Summertime, another work of fictionalized autobiography (following Boyhood and Youth) from Nobel Laureate J.M. Coetzee arrives this week. Also, new this week is Psycho Too, an illustrated travelogue collaboration between Will Self and Ralph Steadman. Of the book, PW says “Self is far from a reliable tour guide, but his eye for seldom-trod byways and offbeat insights make him a diverting travel companion.”
“Over the past thirty-five years alone, language from Frost’s poem has appeared in nearly two thousand news stories worldwide, which yields a rate of more than once a week. In addition, ‘The Road Not Taken’ appears as a title, subtitle, or chapter heading in more than four hundred books by authors other than Robert Frost, on subjects ranging from political theory to the impending zombie apocalypse.” David Orr writes for The Paris Review about Robert Frost’s “The Road Not Taken,” one of the most misread poems of the English language.
Frank Stanford isn’t the most well-known American poet, but he is one of the most revered, at least according to his contemporaries. At The Rumpus, David Biespeil writes about a new collection of the poet’s work, remarking that “no American poet I have ever met regardless of disposition or poetics has disliked Frank Stanford’s poems.”
We take it for granted that our language will grow and change. But one thing we think less often about is that our alphabet is subject to the same forces. Herewith, Carlos Lozada reads Michael Rosen’s new book Alphabetical, which delves into the origins and future prospects of our writing system.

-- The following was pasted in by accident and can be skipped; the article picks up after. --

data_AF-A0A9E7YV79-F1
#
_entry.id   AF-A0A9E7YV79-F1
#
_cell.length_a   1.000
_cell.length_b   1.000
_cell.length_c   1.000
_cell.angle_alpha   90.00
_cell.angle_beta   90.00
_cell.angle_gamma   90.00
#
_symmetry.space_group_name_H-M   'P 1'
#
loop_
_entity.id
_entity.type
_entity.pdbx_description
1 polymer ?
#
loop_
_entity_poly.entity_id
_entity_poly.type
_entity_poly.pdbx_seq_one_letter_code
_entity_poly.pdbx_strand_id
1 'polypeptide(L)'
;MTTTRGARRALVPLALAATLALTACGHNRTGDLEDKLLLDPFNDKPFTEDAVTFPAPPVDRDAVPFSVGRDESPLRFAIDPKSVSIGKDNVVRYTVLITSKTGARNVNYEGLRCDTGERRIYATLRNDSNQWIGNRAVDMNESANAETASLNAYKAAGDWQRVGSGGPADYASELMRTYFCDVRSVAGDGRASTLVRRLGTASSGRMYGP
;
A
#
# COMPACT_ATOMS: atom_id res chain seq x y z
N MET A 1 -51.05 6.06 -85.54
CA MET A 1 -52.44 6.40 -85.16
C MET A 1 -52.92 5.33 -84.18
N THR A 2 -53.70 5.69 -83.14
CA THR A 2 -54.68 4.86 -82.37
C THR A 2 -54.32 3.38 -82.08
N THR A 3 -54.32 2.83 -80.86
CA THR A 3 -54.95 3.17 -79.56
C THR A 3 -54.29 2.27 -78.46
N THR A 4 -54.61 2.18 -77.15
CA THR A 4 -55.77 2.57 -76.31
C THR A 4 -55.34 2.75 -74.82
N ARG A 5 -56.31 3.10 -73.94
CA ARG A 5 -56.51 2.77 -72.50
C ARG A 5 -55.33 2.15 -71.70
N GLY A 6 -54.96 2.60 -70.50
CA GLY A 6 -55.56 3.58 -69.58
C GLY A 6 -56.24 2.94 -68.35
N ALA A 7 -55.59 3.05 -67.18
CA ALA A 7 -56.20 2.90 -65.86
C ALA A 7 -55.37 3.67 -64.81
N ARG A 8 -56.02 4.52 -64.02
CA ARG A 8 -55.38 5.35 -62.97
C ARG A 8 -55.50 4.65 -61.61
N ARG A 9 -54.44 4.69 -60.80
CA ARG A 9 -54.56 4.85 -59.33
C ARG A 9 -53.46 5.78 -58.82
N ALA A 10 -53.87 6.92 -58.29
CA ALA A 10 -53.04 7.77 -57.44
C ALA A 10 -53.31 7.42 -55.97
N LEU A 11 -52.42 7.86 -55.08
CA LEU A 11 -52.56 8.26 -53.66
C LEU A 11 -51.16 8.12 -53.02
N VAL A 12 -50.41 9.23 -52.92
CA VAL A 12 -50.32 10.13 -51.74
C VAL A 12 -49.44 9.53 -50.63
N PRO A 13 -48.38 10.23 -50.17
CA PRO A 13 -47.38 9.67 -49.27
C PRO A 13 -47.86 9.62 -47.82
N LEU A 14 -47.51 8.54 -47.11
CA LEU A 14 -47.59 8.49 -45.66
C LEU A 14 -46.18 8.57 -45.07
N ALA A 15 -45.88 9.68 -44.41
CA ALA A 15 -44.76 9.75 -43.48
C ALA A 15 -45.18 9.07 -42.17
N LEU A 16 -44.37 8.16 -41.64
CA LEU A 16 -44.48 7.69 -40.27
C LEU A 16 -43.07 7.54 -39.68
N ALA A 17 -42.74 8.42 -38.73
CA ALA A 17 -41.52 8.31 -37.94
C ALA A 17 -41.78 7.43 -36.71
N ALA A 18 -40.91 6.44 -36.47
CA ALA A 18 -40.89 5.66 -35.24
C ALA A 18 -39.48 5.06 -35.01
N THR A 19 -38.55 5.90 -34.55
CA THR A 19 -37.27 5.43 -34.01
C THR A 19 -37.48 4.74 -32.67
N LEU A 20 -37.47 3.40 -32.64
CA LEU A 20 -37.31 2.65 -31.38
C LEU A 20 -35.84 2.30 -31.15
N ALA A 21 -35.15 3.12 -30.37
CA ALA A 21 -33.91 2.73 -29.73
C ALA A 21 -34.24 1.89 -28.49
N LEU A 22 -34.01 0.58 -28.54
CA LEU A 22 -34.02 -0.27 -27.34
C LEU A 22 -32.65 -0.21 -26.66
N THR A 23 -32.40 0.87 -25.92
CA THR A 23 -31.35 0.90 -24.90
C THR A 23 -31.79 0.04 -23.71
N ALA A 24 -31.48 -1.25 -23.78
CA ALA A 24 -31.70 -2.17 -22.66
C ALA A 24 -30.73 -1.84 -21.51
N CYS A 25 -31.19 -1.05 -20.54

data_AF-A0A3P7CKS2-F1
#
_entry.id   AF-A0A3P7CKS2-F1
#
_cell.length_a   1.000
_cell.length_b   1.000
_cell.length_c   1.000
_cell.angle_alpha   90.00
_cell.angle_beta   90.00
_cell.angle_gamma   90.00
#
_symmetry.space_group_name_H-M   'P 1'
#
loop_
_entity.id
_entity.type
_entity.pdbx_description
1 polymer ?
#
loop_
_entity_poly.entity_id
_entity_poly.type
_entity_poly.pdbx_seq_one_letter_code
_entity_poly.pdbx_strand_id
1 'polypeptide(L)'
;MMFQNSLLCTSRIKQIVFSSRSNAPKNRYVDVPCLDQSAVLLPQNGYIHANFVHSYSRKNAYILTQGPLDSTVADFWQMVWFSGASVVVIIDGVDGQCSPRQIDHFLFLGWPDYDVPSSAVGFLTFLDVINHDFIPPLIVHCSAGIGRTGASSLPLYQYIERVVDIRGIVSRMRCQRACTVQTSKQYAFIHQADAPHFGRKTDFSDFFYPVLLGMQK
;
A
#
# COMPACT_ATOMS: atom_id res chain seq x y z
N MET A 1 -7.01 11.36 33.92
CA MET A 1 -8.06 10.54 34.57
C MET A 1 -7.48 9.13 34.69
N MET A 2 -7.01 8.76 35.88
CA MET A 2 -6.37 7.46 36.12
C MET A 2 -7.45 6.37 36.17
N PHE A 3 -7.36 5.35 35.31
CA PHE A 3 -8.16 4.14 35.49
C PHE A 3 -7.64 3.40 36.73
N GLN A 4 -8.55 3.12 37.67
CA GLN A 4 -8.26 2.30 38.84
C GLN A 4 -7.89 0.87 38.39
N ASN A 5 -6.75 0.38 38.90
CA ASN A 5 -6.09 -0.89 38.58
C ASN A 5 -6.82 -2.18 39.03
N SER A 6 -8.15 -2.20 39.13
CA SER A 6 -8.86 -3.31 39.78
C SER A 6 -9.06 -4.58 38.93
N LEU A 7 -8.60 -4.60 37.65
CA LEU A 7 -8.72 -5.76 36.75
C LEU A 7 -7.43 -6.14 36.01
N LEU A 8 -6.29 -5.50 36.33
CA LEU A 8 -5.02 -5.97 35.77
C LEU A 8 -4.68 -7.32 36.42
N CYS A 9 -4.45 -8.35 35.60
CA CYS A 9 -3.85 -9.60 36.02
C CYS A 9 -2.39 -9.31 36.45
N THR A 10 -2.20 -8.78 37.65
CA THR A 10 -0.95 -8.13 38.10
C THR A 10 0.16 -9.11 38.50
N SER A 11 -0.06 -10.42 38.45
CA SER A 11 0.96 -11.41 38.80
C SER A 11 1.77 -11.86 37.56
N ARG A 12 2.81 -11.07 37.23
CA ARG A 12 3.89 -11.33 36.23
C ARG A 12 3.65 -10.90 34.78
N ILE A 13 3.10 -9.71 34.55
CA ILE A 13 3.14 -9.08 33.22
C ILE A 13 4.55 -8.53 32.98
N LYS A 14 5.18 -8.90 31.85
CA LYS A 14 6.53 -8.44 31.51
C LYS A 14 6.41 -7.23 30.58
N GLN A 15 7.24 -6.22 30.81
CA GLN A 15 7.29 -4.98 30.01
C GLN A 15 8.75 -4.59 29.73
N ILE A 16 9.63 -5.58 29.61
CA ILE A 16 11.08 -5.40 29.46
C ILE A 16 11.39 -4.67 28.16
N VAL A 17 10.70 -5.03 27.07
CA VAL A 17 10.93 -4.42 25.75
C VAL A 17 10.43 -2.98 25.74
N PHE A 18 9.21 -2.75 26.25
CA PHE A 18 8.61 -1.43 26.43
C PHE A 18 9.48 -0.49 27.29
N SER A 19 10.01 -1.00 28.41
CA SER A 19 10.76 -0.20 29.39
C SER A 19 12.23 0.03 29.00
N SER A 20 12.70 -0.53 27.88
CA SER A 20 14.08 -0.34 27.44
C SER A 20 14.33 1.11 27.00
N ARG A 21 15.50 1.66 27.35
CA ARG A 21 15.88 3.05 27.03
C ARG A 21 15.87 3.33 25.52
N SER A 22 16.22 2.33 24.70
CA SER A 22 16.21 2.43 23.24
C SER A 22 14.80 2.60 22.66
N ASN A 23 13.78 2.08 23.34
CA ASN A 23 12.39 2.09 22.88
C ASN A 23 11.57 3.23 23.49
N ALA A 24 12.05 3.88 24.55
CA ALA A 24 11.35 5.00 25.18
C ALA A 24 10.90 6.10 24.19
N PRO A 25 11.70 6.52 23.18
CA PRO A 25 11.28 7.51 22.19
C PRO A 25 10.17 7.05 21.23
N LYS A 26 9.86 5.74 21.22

At Bookforum, Gee Henry talks with New Yorker staff writer Hilton Als, whose new collection of essays, White Girls, tackles subjects including Eminem, Truman Capote and Gone with the Wind. The writer also delves into his affection for André Leon Talley.
“Maurice Sendak drew his partner Eugene after he died, as he had drawn his family members when they were dying. The moment is one he was compelled to capture, pin down, understand, see. Where many— maybe most—people look away, he wanted to render. He was very wrapped up in the goodbye, the flight, the loss; it was almost Victorian, to be so deeply entranced with the moment of death, the instinct to preserve or document it. It’s also the artist’s impulse: to turn something terrible into art, to take something you are terrified of and heartbroken by and make it into something else. For the time it takes to draw what is in front of you, you are not helpless or a bystander or bereft: You are doing your job.” On Maurice Sendak and the art of death.